The total cost of dental implants can also be influenced by additional necessary procedures. The implant placement process isn’t always straightforward and these additional costs need to be considered individually for each case. For instance, if a patient lacks sufficient healthy jawbone to support implants, they may require a bone graft or sinus lift procedure to become eligible for implant placement. Additionally, as opposed to All-On-4, or All-On-X, etc, which is heavily advertised and marketed, fixed implant bridges are oftentimes done in phases to allow better soft tissue management, which is vital for optimal esthetic results.
Not many offices do this treatment protocol, because it is harder to do and takes a little longer.
But! It is well worth the extra effort cost and time involved. Refer to our gallery and see the difference between a true Implant Bridge and an All-On-4 prosthesis.
On the other hand, in many cases, the simplicity of the procedure, such as the absence of the need for a bone graft, sinus lifts or the need for temporary prosthetic options, can lead to cost savings within the provided price ranges.
The more straightforward the procedure is (no bone grafting needed, temporary prosthetic options, etc.), the lower the cost of dental implant treatment is within these given ranges.
Why Dental Implants Should Be Thought of As an Investment
Some people experience a bit of sticker shock when they encounter the price range commanded by this gold standard option of tooth replacement. At first glance, dental implants look incredibly expensive, especially when they are compared to other tooth replacement methods, like dentures or conventional bridges. However, one thing you must remember is that dentures and bridges typically must be repaired or replaced every so many years. If you need to replace each prosthesis in your mouth two or more times over the course of your life, the cost really adds up in the long run. This easily makes implants a more sensible option.
The cost of these replacements over a lifetime quickly exceeds the costs of simply turning to implants, which can last a lifetime (as long as you care for them properly).
Some of the Top Benefits of Dental Implants
Implants Don’t Decay – This means the crowns and bridges on them aren’t compromised, requiring replacement because of decay underneath, like crowns and bridges often are with natural teeth. Dental implants also prevent your jawbone from deteriorating—dentures and bridges can’t do that.
Dental Implants Stimulate the Bone and Keep it From Deteriorating – Once teeth are removed, your jawbone slowly deteriorates, and your face shape will change. Within months you will see facial changes and you’ll start to look older. Eventually, the teeth next to the empty spaces will start to get loose. Alveolar bone or “jawbone” serves one purpose, to hold teeth. Losing teeth is like a domino effect, and nearby teeth begin to fail in the progression. Dental implants prevent this from happening.
They’re Also Stronger Than Natural Teeth – So they don’t break like teeth can.
This is why we encourage you to think of dental implants as an investment, and not as an expense. They’re more of a permanent fix, not one that will have to be redone in 5-20 years.
Dental Implant Payment Options
Oftentimes patients can look into financing options, such as a personal loan or payment plans. This would allow you to make monthly payments over time instead of paying for the whole procedure at once.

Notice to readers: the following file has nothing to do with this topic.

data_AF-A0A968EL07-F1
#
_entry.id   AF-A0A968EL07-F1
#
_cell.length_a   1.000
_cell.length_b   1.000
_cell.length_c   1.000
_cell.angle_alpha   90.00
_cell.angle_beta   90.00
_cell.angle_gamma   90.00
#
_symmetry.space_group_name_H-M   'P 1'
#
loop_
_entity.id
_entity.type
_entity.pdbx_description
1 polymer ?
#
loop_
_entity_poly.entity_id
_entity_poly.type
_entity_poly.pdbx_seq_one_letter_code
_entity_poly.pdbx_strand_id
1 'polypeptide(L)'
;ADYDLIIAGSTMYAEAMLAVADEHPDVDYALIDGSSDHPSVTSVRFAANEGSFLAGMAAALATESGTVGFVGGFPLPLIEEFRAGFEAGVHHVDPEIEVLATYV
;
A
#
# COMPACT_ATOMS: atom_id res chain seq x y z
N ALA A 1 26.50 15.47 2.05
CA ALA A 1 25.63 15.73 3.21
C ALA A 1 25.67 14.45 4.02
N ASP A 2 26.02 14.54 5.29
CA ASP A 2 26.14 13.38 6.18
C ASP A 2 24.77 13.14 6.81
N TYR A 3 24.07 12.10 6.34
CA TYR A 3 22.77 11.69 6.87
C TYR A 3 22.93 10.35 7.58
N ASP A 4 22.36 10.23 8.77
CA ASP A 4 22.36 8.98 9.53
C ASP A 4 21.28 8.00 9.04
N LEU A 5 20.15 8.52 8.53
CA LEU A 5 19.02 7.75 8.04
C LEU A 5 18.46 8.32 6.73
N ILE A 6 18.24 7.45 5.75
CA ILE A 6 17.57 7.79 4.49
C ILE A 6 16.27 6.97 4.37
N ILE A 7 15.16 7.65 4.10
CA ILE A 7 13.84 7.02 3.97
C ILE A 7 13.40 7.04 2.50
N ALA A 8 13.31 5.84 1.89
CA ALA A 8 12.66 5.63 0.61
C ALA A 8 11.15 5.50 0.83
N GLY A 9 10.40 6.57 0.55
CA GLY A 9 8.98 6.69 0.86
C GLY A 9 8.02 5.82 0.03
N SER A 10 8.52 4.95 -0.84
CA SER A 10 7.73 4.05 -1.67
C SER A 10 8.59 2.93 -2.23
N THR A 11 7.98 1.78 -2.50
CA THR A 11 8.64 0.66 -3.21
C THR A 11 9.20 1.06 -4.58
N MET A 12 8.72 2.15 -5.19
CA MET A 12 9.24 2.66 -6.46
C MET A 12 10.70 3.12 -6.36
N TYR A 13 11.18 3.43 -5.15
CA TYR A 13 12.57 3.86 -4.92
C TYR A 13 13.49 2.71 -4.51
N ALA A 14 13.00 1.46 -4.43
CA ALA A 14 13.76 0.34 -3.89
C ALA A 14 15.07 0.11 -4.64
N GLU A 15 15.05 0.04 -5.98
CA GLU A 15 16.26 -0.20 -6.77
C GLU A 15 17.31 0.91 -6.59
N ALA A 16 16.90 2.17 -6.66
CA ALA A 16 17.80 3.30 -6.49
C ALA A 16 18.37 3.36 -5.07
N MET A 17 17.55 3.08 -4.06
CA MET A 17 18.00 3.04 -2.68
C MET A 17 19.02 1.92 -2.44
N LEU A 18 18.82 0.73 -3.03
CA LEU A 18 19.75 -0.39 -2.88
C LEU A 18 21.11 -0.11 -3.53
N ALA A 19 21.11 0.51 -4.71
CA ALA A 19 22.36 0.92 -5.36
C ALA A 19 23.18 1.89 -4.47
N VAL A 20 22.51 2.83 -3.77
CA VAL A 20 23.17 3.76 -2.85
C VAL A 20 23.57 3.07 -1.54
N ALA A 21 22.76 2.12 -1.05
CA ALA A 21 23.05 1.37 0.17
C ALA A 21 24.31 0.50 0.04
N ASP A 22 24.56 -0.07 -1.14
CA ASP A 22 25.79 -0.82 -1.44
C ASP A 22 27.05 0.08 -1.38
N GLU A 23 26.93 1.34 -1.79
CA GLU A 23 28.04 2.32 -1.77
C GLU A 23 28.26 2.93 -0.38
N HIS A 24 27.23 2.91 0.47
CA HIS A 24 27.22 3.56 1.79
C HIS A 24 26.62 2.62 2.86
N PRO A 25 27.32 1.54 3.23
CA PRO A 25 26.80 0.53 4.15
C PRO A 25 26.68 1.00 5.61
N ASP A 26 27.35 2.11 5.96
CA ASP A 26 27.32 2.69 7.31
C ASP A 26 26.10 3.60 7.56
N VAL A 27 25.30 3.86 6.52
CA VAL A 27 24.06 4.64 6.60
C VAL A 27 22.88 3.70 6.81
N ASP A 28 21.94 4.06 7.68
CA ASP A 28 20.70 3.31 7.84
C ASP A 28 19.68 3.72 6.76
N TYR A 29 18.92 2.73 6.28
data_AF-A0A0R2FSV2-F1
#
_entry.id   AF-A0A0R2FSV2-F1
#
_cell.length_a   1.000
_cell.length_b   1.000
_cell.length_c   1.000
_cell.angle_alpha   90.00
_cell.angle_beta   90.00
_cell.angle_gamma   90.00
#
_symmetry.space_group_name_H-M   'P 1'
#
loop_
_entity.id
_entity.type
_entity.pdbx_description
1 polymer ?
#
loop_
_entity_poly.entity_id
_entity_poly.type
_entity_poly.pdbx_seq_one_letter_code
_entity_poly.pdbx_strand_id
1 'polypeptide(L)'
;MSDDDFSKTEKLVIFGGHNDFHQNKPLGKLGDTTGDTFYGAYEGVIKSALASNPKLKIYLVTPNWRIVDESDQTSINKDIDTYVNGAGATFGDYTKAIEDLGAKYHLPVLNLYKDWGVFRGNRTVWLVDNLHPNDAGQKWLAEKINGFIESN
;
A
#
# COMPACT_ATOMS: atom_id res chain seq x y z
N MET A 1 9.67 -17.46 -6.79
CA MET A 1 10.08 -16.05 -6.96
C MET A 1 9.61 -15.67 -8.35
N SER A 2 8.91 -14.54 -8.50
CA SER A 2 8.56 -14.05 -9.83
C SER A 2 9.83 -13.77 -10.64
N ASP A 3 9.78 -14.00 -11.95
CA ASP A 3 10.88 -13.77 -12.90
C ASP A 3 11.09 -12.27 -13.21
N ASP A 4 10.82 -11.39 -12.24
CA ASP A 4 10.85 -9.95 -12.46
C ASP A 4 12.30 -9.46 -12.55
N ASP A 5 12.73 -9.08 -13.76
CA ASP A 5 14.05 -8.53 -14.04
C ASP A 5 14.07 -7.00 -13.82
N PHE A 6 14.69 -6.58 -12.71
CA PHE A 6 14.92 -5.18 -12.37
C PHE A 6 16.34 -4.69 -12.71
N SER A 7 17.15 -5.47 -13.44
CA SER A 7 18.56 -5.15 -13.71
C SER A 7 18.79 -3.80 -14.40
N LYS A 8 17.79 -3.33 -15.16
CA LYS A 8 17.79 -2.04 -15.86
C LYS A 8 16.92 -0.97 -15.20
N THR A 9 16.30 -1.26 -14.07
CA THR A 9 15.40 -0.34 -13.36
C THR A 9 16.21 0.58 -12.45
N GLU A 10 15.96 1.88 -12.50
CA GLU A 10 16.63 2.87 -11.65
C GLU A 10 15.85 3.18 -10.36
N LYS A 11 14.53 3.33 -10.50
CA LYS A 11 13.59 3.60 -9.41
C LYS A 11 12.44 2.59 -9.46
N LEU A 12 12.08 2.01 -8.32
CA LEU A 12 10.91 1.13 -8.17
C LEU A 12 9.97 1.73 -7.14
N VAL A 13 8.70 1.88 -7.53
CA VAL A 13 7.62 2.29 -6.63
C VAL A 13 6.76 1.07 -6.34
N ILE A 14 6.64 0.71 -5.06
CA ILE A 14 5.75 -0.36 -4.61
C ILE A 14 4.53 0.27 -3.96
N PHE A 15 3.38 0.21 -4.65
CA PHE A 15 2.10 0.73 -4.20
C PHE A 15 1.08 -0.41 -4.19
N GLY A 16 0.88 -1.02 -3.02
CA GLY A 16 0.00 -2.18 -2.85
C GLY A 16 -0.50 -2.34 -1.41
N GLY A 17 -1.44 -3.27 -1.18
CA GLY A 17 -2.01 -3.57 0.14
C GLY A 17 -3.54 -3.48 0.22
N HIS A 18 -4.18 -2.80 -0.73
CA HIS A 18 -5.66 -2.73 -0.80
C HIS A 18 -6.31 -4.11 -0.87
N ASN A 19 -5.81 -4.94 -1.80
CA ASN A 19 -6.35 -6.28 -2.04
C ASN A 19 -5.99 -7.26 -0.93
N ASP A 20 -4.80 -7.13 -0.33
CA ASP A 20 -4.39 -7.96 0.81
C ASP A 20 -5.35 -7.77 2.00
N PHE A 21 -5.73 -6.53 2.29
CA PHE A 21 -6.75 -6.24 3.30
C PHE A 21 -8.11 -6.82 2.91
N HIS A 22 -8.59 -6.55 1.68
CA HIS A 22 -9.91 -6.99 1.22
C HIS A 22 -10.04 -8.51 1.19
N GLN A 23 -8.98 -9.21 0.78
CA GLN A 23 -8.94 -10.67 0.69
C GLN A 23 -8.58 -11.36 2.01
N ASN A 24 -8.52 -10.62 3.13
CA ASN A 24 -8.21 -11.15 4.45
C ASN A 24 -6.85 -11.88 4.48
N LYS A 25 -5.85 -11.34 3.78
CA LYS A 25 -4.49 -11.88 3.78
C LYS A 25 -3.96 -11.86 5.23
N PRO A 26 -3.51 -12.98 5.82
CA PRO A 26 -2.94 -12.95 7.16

FSA and HSA
FSA and HSA (Flexible Spending Accounts and Health Savings Accounts) are two types of tax-advantaged accounts that can be used to pay for dental implant procedures. These allow you to set aside pre-tax money from your paycheck each month to cover eligible medical expenses, including dental implants. Check with your employer to see if these options are available to you.
In addition, there are several payment plans and financing options available. Learn more about them here. We will be happy to assist you with filing your dental insurance claims or filing on your behalf.
Does Dental Insurance Cover Dental Implants?
The good news is that most dental insurance providers do cover some of the costs for dental implants. Most policies still only allow for $1,0000 – $2,000/year of maximum benefits. They don’t typically cover all the expenses so you’re still going to have out of pocket costs, but certainly not as much as you would if you didn’t have insurance at all. Talk to your insurance company to find out if they will cover the costs and how much coverage you can get.
How Can I Determine the Exact Cost of My Dental Implants?
As we mentioned earlier, the total cost of dental implants can vary greatly depending on each patient’s case.
The best way to find out exactly how much dental implant treatment will cost FOR YOUR PARTICULAR SITUATION is to come see us for a COMPLIMENTARY CONSULTATION. This includes an hour with the doctor and any necessary x-rays needed to give you a full diagnosis and written treatment plan.
Our doctors will use either a panoramic or sometimes a CBCTscan/3D scan image during the consultation to determine the density of your bone. This helps determine whether you’re a candidate for an immediate implant or if some additional grafting will be needed prior to – or at the time of your implant placement.
During your consultation, you will be presented with more than one treatment plan option. When you leave our office, you’ll know all your options and exactly what the total costs will be. If you have financing needs, we will be happy to review those with you while you’re here.
If you want more info on dental implant costs watch Dr McFadden talk you through all the factors involved in an indepth look at what is involved.
Contact Us to Learn More About Your Options for Implant Placement
If you’re ready to take the next step and find out exactly what your options are and how much your dental implant treatment will cost, visit our office for a Complimentary Consultation. We’re happy to answer your questions and help find the best option to suit your needs cosmetically, functionally, and financially.